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"A traditional adviser can compartmentalize their services to build scale within a small business in a strategic way." — Megan Graf, client service specialist at FutureAdvisor.

4) Clients don't need people as much as you think. FutureAdvisor has a phone number, of course, and clients do call us. But very few need to call us more than a couple times in a market like this. And in fact, they prefer not to. Portfolio management is a bit like dieting or exercise — people want results, but they prefer not to think about the process too much.

A particular group of service-based advisers feel that their clients ought to want something more. They want clients to value a personal relationship and pay fees for holistic advice — they want clients to feel like their needs are unique and that as an adviser, they deliver an impossible-to-replace custom solution to all needs. Some investors need that, but a lot don't. I see proof of that every day.

5) The presence of a robo-advisor is better than the absence of a traditional adviser. Many have rightly pointed out that robo-advisers don't provide a one-stop shop for financial planning. But until traditional advisers tackle the mass-affluent demographic, or robo-advisers get a lot more sophisticated about what they automate, most retail investors will have to make do with our particular brand of portfolio management. And our clients are okay with that. Their basic needs are met, which is more than they could say before, and the rest is just “nice to have.”

6) Creating templates works. If you look at the market from 1,000 feet up, most client situations just aren't that unique. There are consistent statistical patterns, and templates that can be used in response. As a result, a personalized strategy might not be worth paying for (nor worth the adviser's time) when some clients can just as easily benefit from a basic service. Can you develop a generic strategy that can be easily tweaked for a smaller client's suitability profile? Can you offer a newsletter instead of quarterly calls? Can you market a simpler “portfolio deliverable” for clients to buy that doesn't involve hours at PTA meetings and the country club?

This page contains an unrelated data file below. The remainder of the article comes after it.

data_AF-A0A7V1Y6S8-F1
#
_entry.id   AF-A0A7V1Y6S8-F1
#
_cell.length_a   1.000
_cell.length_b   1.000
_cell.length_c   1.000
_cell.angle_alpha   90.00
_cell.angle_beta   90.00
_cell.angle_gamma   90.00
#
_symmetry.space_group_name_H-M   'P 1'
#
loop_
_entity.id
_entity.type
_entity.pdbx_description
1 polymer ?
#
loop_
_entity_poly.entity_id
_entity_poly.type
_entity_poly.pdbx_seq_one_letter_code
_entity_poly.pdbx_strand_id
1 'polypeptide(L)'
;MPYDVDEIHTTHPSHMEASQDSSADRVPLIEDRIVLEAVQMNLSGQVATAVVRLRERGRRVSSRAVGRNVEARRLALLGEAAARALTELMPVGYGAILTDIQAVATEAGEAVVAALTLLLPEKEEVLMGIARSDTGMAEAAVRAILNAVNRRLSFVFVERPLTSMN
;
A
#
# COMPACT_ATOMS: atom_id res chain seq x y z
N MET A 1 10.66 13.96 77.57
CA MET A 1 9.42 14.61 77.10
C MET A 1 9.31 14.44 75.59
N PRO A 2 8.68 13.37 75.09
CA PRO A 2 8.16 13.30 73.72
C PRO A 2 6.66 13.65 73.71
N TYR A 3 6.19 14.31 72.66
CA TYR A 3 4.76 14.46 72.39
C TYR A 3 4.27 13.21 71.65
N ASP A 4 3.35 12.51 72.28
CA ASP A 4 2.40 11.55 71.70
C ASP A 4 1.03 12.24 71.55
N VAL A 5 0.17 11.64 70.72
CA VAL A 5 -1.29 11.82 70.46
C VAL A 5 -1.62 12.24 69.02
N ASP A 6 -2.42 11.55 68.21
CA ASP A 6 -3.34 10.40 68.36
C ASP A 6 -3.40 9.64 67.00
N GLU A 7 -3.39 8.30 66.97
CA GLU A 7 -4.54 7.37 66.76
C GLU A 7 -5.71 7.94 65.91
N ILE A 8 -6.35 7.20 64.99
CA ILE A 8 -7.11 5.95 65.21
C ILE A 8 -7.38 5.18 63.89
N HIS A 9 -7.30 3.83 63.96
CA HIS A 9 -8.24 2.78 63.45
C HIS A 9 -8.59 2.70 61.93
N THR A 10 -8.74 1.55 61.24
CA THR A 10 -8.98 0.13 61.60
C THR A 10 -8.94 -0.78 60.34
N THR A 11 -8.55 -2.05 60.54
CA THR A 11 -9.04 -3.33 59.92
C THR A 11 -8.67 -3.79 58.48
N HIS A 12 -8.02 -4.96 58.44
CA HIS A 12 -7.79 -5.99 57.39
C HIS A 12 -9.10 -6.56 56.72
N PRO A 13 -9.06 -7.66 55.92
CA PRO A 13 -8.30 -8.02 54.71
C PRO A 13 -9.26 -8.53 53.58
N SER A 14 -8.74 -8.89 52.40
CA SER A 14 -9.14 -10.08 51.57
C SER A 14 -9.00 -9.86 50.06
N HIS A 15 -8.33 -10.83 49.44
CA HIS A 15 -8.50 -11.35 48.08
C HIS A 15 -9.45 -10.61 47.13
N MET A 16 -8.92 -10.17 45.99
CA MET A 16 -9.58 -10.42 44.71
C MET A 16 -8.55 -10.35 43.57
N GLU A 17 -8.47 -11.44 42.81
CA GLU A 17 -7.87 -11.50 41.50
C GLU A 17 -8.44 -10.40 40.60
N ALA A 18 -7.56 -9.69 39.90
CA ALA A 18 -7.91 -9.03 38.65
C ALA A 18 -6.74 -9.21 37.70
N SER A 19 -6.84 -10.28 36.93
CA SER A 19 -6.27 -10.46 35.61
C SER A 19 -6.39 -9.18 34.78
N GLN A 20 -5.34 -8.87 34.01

The growth of online advisers so far shows that there's a service curve along which all sorts of businesses are possible. By scaling your size and streamlining your services, you can reach a pool of prospects untouched by your competitors. Short of building your own online platform, a traditional adviser can compartmentalize their services to build scale within a small business in a strategic way, and finally tap into the mass-affluent market. It's been waiting there all along.

Megan Graf is a client service specialist with online advice platform FutureAdvisor. If you have questions about life and work at a robo-adviser, feel free to e-mail her. The views expressed represent the opinion of the author and are not intended to reflect those of FutureAdvisor or serve as a forecast, a guarantee of future results, investment recommendations or an offer to buy or sell securities.